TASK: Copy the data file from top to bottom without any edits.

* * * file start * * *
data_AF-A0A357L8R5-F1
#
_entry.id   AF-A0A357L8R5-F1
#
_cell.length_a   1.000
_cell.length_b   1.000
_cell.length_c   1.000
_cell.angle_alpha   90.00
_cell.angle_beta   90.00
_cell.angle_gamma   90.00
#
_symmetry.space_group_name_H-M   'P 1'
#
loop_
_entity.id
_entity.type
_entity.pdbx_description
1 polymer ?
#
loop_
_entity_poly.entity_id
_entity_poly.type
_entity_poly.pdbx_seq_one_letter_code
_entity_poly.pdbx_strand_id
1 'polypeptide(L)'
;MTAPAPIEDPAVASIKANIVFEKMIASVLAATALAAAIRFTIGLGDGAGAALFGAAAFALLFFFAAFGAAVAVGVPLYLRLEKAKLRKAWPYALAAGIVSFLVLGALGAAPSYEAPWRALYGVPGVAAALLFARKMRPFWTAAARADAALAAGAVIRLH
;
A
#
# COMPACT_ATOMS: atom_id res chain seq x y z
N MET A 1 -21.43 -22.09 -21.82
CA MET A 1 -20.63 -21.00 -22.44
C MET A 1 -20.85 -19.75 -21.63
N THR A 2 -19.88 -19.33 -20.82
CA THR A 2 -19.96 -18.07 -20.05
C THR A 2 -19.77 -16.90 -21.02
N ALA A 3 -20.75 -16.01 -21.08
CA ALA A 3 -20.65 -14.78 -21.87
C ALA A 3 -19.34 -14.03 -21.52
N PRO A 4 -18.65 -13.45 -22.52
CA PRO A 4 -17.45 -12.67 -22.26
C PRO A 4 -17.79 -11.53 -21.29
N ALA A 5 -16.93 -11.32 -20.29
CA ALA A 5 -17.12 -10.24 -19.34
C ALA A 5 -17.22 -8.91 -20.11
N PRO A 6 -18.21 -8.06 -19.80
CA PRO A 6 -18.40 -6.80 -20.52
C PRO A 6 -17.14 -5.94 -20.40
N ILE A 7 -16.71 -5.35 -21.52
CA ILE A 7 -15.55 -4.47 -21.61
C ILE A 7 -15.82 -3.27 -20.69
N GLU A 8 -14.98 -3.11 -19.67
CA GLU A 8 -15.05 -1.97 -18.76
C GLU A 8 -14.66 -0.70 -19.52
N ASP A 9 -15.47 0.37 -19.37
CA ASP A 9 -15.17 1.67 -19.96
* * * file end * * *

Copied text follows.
data_AF-A0A357L8R5-F1
#
_entry.id   AF-A0A357L8R5-F1
#
_cell.length_a   1.000
_cell.length_b   1.000
_cell.length_c   1.000
_cell.angle_alpha   90.00
_cell.angle_beta   90.00
_cell.angle_gamma   90.00
#
_symmetry.space_group_name_H-M   'P 1'
#
loop_
_entity.id
_entity.type
_entity.pdbx_description
1 polymer ?
#
loop_
_entity_poly.entity_id
_entity_poly.type
_entity_poly.pdbx_seq_one_letter_code
_entity_poly.pdbx_strand_id
1 'polypeptide(L)'
;MTAPAPIEDPAVASIKANIVFEKMIASVLAATALAAAIRFTIGLGDGAGAALFGAAAFALLFFFAAFGAAVAVGVPLYLRLEKAKLRKAWPYALAAGIVSFLVLGALGAAPSYEAPWRALYGVPGVAAALLFARKMRPFWTAAARADAALAAGAVIRLH
;
A
#
# COMPACT_ATOMS: atom_id res chain seq x y z
N MET A 1 -21.43 -22.09 -21.82
CA MET A 1 -20.63 -21.00 -22.44
C MET A 1 -20.85 -19.75 -21.63
N THR A 2 -19.88 -19.33 -20.82
CA THR A 2 -19.96 -18.07 -20.05
C THR A 2 -19.77 -16.90 -21.02
N ALA A 3 -20.75 -16.01 -21.08
CA ALA A 3 -20.65 -14.78 -21.87
C ALA A 3 -19.34 -14.03 -21.52
N PRO A 4 -18.65 -13.45 -22.52
CA PRO A 4 -17.45 -12.67 -22.26
C PRO A 4 -17.79 -11.53 -21.29
N ALA A 5 -16.93 -11.32 -20.29
CA ALA A 5 -17.12 -10.24 -19.34
C ALA A 5 -17.22 -8.91 -20.11
N PRO A 6 -18.21 -8.06 -19.80
CA PRO A 6 -18.40 -6.80 -20.52
C PRO A 6 -17.14 -5.94 -20.40
N ILE A 7 -16.71 -5.35 -21.52
CA ILE A 7 -15.55 -4.47 -21.61
C ILE A 7 -15.82 -3.27 -20.69
N GLU A 8 -14.98 -3.11 -19.67
CA GLU A 8 -15.05 -1.97 -18.76
C GLU A 8 -14.66 -0.70 -19.52
N ASP A 9 -15.47 0.37 -19.37
CA ASP A 9 -15.17 1.67 -19.96